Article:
It's amazing how even after fourteen years, strange things happen, reminding me that my boy who died is still out there, watching.
I got remarried. January of last year, we bought a house in Idaho (of all places), and our family seemed hopeful as we brought load after load into the house. But after all of the kids had gone to sleep, my husband and I stood on the deck alone. "What's wrong?" he asked, standing behind me, then holding me in his strong arms. I leaned closer to him--he felt so warm in contrast to the wind.
"We've gone through so many changes in a short amount of time. And I was just thinking about the day Zeke died--it's coming soon, but his grave is so far away. I always visit his grave on January 30th, but I don't think I'll get to this year."
Mike stroked my hair. "We'll figure something out. Okay, sweetheart?"
I looked up at him and nodded.
The next day I opened the book I wrote about Zeke, and read a few chapters of the journal. I remembered the whole damn thing: his little hand holding mine, the way my world collapsed the day he died, and all of the strange miracles that followed--including how a dear friend gave me a statue, having no idea that it looked just like Zeke.
That statue is shown on the book (below).
I packed the book away, and called all of my children upstairs. "Mike will be home in a while. Do you guys want to go for a walk? Then we can come back and make dinner?"
They immediately grabbed their coats, and we trekked to a nearby, snowy place where the deer like to go. My two littlest kids explored and played. Walking around the perimeter of the area, The Scribe and The Hippie talked about their new schools and friends. And I, well, I sat on a rock and listened.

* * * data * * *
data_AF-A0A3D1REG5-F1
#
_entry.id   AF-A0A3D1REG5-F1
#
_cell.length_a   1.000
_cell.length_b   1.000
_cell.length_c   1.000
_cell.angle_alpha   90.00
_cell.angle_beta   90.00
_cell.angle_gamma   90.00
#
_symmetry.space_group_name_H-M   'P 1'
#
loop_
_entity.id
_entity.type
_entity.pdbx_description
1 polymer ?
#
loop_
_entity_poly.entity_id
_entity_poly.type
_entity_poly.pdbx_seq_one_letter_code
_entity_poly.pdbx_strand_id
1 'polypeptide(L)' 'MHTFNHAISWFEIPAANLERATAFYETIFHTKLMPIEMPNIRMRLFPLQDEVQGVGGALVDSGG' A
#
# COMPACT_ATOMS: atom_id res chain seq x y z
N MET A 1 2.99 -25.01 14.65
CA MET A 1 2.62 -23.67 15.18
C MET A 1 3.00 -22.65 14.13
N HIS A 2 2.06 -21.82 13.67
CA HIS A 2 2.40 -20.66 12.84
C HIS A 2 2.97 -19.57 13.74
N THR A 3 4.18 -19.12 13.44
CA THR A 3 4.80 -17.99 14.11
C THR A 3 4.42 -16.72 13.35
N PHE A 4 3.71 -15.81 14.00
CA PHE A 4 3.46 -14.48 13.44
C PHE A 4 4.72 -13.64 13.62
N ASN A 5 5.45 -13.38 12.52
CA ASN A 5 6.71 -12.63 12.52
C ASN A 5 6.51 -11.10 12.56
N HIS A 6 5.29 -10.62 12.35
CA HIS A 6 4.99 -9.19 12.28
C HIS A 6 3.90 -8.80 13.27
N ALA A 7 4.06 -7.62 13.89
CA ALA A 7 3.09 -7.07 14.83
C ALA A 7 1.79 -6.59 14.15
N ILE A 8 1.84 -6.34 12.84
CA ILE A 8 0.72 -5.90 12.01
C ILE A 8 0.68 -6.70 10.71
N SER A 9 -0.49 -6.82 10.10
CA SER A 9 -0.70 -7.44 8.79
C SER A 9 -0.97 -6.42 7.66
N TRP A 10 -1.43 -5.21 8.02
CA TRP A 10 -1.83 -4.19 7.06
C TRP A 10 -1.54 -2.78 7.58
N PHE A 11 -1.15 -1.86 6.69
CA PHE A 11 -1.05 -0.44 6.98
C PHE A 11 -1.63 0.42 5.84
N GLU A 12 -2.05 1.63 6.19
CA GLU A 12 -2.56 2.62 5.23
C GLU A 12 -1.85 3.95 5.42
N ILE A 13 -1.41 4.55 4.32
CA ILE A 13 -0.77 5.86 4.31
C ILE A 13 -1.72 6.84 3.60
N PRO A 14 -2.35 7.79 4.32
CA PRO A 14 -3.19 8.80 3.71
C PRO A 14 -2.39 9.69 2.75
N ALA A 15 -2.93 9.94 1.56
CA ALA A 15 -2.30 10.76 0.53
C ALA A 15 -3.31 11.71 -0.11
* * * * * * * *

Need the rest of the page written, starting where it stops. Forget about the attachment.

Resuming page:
Sometimes, there can be this deep ache in my heart. Like when all of the kids are in the car, and I turn around because it feels like someone is missing.... And someone is. And, he always will be.
It's like going sky diving. When you fall from that plane, there's nothing to support you--like tripping down an endless stairway, down, down.... All that you really have is your faith in God--and that's how it was when Zeke died.
"God, I'm nervous that we moved to another state. And I feel bad that I won't get to visit Zeke's grave on the day he died. I sure wish you could give me a sign that everything will be okay."
The kids were ready to go, so I called them over and said we should head back.
The Hippie came over first. "Mama, what are you thinking about?"
"How crazy life is," I said.
"You're thinking about Zeke!" she said. "I saw you reading the book. Mama, whatever happened to that statue on the cover?"
"It broke a few years ago. I was so sad. I'd never seen a statue like it--and probably never will again. That statue was one of the miracles that happened after he died."
The rest of the kids came back and we started walking home.
"What do you mean?" she asked. "How was the statue a miracle?"
"Well, it looked so much like Zeke. But that wasn't the real miracle." I smiled at my kids, then continued. "My neighbor gave the statue to me...said she had this crazy feeling that she had to. I was so sad back then, but her kindness was a life-saver for me." I took a deep breath. "No matter how hard life can be, there are miracles of kindness all around, if we're willing to see them. And those miracles can help us get through."
We trudged up the long hill leading to our house, and just when we were about to take a turn around the bend, The Hippie put her hands to her face. "Oh my gosh, Mama. Look!" She pointed to a yard just to the side of us.
"It's Zeke's statue!" The Scribe said, stunned. "We were just talking about that."
And all of the kids crowded around a tiny statue, identical to the statue that had meant so much to me years before. It rested at the edge of a snowy yard, facing the mountains, and looking quite magestic.
For some reason tears came to my eyes. This was my sign. We'd be just fine in Idaho; I didn't know exactly how, but we would be.
Our love will tie us. I'll never lose you. I'll never lose you....